60 Minutes correspondant Lara Logan embarked on a journey into one of Spain’s greatest works in progress. The cathedral began construction back in 1882 and has been incomplete ever since.
Despite, or perhaps because of this unique status, it has been quite the crowd pleaser, even playing host to Pope Emeritus Benedict XVI in 2010. It was this visit that the Sagrada Familia was deemed to be a basilica. The consecration also marked the first time that Mass had formally been held in the building.
Although Spanish, the cathedral owes its design to an Italian, Antoni Gaudi. He became affectionately known as “God’s Architect”. His death in 1926 came when the structure was around a quarter finished. Realizing the complicated nature of his design, Gaudi constructed plaster models for others to follow in later years.
Gaudi had “gaudy” ambition for his project, according to author Gijs van Hensbergen. He noted that Gaudi wanted to illustrate the story of the Catholic Church through the structure, no easy task. Even now, the architect team tackling the project projects completion at 13 years down the line.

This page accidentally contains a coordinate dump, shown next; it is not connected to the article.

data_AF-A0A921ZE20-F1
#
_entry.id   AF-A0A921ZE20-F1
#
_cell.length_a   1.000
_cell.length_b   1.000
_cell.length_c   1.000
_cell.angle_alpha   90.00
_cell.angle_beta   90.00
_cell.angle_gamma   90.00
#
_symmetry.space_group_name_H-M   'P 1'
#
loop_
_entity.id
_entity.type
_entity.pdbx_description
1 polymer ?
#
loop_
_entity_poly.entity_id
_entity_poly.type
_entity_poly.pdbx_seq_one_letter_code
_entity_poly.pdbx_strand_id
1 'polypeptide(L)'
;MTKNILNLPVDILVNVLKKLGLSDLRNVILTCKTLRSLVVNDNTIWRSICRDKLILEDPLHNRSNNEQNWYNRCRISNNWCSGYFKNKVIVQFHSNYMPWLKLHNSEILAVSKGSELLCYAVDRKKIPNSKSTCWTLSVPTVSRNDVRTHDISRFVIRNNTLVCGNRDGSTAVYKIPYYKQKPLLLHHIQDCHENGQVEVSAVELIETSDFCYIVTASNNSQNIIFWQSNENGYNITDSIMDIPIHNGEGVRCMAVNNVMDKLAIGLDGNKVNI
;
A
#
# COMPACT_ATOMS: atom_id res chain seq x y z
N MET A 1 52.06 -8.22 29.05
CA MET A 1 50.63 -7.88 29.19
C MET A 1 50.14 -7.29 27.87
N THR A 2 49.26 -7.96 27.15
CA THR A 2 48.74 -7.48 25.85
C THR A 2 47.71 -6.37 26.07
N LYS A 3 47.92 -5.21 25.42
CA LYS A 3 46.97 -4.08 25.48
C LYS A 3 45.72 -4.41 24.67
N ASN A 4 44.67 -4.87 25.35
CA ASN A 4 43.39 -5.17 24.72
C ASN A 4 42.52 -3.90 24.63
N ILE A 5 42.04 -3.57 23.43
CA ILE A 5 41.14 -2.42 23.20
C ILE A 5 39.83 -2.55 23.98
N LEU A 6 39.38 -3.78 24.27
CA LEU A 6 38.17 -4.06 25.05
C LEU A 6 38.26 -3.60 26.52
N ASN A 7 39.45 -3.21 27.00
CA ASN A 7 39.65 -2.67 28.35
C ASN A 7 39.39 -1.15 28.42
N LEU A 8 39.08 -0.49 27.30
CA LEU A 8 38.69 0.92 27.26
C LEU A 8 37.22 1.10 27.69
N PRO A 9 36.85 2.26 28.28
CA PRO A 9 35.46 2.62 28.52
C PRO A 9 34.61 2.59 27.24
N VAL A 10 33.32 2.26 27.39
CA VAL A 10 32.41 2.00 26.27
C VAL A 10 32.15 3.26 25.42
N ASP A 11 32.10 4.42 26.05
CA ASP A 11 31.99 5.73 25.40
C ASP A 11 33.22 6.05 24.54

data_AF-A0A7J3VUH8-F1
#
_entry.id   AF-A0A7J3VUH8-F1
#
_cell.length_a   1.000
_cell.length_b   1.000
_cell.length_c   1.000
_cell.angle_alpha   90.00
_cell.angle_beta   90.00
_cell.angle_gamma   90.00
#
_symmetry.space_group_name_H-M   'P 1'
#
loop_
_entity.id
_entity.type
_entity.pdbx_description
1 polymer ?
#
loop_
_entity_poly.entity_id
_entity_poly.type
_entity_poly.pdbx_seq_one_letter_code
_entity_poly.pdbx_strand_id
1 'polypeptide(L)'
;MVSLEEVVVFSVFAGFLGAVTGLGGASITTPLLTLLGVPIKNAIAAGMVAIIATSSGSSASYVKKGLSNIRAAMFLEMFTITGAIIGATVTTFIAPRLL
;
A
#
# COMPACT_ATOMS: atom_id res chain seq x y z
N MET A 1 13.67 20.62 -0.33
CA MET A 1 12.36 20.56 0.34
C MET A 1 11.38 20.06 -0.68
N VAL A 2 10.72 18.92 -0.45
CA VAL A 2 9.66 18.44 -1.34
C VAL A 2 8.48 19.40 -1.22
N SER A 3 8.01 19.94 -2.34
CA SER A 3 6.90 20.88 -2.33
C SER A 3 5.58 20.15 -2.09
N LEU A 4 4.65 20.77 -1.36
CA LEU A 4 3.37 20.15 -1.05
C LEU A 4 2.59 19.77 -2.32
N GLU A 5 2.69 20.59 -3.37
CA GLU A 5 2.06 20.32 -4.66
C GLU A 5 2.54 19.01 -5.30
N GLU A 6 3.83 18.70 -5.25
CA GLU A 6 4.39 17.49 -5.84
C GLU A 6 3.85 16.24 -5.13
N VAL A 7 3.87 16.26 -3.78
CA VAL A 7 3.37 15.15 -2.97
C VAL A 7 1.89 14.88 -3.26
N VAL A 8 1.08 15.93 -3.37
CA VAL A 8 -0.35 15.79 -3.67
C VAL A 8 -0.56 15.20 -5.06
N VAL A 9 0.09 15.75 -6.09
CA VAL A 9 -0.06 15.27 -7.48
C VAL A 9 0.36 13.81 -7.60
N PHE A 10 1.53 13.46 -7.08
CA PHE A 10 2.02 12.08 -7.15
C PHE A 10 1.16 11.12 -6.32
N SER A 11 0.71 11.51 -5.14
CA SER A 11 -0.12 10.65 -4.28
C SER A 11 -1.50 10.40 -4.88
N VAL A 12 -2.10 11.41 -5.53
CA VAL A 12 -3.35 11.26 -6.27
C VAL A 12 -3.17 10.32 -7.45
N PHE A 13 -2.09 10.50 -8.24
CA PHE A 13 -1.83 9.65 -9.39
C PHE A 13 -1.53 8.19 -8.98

2011 saw an unwelcome and unexpected setback to the project when a man set fire to a portion of the structure. While initially optimistic, the construction crew at the time soon realized that the damage was, in fact, fairly serious.
Luckily, the Bonet family’s patronage has kept the Basilica alive for the masses to enjoy. Tourism generated upon completion would be quite useful to Spain.
The current representative of the family, Jordi, is quite old but still fondly remembers when he first gazed upon the church. The impact of that first visit led to his being part of the envoy that met the Pope on his visit.
The finished building will have 18 towers upon completion, and the impressive work will hopefully pay off for those that have put so much effort and funding into seeing Gaudi’s work finished.
[Image via Gettyimages]